US Scientists create first new Ebola vaccine

US scientists have successfully created the first new vaccine against Ebola virus, announced Thursday.

A group of scientists headed by Dr. Francis Collins and Dr. Anthony Fauci developed the Ebola vaccine at the National Institutes of Health.

Ebola virus which first appeared in West Africa has killed almost 6,000 people infecting 16,000 persons worldwide. Liberia, Guinea and Sierra Leone have the highest cases of Ebola virus with 15, 901 cases and 5, 674 deaths being recorded since the beginning of the outbreak.

The first human trial of the vaccine against Ebola virus showed an initial positive result to prevent the spread of the virus. The new vaccine is made by British drugs giant GlaxoSmithKline which uses a chimpanzee cold virus and has been genetically engineered to carry a non- infectious Ebola protein on its surface. GSK teaches the body to recognize the virus preparing the immune system to fight in case of an infection. By the end of 2015, GSK commits to produce one million doses a month.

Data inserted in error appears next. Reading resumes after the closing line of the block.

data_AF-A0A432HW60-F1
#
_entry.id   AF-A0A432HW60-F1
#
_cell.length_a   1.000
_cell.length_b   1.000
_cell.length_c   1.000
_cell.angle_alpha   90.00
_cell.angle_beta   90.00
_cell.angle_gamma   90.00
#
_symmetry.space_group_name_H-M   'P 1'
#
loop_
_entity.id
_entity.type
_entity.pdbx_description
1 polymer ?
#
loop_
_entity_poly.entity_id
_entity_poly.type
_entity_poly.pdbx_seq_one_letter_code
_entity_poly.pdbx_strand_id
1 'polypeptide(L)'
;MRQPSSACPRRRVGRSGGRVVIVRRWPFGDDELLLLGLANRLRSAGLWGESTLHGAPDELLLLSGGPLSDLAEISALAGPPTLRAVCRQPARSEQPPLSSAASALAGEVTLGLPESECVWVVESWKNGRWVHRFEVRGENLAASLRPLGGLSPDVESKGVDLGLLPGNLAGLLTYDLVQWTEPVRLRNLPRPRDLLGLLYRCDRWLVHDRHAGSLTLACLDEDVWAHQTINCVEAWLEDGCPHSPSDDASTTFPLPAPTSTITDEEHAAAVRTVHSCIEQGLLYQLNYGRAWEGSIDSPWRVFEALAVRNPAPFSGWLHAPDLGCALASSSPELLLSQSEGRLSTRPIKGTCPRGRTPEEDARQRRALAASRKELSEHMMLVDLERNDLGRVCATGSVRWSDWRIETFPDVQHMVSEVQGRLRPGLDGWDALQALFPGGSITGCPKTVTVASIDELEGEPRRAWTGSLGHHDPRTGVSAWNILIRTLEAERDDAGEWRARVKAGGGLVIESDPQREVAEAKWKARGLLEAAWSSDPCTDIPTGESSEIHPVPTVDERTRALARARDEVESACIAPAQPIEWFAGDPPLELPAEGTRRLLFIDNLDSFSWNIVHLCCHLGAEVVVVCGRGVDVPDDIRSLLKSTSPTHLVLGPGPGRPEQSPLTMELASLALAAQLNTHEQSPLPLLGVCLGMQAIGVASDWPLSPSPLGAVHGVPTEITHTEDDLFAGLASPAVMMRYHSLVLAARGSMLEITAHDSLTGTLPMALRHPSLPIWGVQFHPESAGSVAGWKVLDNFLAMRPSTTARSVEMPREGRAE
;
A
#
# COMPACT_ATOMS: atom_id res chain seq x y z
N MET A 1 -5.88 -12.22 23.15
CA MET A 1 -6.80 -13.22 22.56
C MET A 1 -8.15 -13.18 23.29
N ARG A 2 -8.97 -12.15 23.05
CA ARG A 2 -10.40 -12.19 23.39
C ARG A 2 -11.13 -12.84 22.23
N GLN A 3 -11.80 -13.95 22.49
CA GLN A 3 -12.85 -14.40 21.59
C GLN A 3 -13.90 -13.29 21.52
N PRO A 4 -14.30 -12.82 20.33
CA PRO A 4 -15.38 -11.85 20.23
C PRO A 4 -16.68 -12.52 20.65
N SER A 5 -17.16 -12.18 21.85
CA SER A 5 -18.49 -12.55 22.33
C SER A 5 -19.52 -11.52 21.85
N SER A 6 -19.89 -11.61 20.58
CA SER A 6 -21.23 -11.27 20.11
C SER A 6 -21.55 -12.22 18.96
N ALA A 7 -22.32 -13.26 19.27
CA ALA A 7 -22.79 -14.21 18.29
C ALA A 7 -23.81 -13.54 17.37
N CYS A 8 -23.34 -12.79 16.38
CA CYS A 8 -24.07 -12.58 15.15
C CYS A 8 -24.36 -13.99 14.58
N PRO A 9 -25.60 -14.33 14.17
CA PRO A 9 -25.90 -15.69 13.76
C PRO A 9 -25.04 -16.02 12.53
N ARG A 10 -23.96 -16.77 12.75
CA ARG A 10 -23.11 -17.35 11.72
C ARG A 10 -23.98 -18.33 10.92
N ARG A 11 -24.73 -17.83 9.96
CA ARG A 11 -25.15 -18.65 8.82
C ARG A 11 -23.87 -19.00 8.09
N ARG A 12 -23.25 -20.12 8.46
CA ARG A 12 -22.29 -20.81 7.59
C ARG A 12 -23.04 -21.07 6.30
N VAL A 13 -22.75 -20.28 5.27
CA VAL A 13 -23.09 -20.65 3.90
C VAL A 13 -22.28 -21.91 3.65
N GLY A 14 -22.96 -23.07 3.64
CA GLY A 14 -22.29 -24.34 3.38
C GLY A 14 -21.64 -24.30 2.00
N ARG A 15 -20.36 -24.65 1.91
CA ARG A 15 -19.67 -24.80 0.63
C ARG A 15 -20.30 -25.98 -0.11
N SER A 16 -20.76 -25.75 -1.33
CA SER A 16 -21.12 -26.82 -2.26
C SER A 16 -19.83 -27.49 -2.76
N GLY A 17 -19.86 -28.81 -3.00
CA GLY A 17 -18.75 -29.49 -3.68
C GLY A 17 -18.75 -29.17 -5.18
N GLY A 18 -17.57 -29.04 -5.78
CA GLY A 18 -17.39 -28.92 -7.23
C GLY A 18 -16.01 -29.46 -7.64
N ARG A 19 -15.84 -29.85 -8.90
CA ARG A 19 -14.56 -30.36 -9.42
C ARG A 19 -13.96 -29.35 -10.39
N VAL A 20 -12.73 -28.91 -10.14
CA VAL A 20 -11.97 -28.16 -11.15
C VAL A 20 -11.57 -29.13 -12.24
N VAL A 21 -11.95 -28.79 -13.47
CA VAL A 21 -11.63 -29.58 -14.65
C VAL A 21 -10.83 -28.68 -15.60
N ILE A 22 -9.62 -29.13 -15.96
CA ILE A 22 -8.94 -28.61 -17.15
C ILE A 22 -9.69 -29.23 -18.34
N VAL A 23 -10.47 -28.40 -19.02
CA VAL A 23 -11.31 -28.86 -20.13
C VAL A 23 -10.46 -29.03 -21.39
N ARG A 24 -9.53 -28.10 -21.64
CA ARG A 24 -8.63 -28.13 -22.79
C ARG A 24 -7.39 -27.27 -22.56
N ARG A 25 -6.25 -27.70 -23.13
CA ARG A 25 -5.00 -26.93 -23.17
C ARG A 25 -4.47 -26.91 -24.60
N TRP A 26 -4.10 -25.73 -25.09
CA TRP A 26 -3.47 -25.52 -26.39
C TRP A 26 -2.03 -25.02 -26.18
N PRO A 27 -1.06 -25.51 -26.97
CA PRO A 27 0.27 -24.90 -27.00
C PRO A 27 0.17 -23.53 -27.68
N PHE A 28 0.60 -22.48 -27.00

On the other hand, 20 US volunteers participated in the experimental treatment vaccine and it revealed that results caused no serious side effects. The vaccine was given through intramuscular injection at a lower dose in the first group while the second group received higher dose. Both tests produced promising results.

“Based on these positive results from the first human trial of this candidate, we are continuing our accelerated plan for larger trials to determine if the vaccine is efficacious in preventing Ebola infection,” Dr. Fauci stated.